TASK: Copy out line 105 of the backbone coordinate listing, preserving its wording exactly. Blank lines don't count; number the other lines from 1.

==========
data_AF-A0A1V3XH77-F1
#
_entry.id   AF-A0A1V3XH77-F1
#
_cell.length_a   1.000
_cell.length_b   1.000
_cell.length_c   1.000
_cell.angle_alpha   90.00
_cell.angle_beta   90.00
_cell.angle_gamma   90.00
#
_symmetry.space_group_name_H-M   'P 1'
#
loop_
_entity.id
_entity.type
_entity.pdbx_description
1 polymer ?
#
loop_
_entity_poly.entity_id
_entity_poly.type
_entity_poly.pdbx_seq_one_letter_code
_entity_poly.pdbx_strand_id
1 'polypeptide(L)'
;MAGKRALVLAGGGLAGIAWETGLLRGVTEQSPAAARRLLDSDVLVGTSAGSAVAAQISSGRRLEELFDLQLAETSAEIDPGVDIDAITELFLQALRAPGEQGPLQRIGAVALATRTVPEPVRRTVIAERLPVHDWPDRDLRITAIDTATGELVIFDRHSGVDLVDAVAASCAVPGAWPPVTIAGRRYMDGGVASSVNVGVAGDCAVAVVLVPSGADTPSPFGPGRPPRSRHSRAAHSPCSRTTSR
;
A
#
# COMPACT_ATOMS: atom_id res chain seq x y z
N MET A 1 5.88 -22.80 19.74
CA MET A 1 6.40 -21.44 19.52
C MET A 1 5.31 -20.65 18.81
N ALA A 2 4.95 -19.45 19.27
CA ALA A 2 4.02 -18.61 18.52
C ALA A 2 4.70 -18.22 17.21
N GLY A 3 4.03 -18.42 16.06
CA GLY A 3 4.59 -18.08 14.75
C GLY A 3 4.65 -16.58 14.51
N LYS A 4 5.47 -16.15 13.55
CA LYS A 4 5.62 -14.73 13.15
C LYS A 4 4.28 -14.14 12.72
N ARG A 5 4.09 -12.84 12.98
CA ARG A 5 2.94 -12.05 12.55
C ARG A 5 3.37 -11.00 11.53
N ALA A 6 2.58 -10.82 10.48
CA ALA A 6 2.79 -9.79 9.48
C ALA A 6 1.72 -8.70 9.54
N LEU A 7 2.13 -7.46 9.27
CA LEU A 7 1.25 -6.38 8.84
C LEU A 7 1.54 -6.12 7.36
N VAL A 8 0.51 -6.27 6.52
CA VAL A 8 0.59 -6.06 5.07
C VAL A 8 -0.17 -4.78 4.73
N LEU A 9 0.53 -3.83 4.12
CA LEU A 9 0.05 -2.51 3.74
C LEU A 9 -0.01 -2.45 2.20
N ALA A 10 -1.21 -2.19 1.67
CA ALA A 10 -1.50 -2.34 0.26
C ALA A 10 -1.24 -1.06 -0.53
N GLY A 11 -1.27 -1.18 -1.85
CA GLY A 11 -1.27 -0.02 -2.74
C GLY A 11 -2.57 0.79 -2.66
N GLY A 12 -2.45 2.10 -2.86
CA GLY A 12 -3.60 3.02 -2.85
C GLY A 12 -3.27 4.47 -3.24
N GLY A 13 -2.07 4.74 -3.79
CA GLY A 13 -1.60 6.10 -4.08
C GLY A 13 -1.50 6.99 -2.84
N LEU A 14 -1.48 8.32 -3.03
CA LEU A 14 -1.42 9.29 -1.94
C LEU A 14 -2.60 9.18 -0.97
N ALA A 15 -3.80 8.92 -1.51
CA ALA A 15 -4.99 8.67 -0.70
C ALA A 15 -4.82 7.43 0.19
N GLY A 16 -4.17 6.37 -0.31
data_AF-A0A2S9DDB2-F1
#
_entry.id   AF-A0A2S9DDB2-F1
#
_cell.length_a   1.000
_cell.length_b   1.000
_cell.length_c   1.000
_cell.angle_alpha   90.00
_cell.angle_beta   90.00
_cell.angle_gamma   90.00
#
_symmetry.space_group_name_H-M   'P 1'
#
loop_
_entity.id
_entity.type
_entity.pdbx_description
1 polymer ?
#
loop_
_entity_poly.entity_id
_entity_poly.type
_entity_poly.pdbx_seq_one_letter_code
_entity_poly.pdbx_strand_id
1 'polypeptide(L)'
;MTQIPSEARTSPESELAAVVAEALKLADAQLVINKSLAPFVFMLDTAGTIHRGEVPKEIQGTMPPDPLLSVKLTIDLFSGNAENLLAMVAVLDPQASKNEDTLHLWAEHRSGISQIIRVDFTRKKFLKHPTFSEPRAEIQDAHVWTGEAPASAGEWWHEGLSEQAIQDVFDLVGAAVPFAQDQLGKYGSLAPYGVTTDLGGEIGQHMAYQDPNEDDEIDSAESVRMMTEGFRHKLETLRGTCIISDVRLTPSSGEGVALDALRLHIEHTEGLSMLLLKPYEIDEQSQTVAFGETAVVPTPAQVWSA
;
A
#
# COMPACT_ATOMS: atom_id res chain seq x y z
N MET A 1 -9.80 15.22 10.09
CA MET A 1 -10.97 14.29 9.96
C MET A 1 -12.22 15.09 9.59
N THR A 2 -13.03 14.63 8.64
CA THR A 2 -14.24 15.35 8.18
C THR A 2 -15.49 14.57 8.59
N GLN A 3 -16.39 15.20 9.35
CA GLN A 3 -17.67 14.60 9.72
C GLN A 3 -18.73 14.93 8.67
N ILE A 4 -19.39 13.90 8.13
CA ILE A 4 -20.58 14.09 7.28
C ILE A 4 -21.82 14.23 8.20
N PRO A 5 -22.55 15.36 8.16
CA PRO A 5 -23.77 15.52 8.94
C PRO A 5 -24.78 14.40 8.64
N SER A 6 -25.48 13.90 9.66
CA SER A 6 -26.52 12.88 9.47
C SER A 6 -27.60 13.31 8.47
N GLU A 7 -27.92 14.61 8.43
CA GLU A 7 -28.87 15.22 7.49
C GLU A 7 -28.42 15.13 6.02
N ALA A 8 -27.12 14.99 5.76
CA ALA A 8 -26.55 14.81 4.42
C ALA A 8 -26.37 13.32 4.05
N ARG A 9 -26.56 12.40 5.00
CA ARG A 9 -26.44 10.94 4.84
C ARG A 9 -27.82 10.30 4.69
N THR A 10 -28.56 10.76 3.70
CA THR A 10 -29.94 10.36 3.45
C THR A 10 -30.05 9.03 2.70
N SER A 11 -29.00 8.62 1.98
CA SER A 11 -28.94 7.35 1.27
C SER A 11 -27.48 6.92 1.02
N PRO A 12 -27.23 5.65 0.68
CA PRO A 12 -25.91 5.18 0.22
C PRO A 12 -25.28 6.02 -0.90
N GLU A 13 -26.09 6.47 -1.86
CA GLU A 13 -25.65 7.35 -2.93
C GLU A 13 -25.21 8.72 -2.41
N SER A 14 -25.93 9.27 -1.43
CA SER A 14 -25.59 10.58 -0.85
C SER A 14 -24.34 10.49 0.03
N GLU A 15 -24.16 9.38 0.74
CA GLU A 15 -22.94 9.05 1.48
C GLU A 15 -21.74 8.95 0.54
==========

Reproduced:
#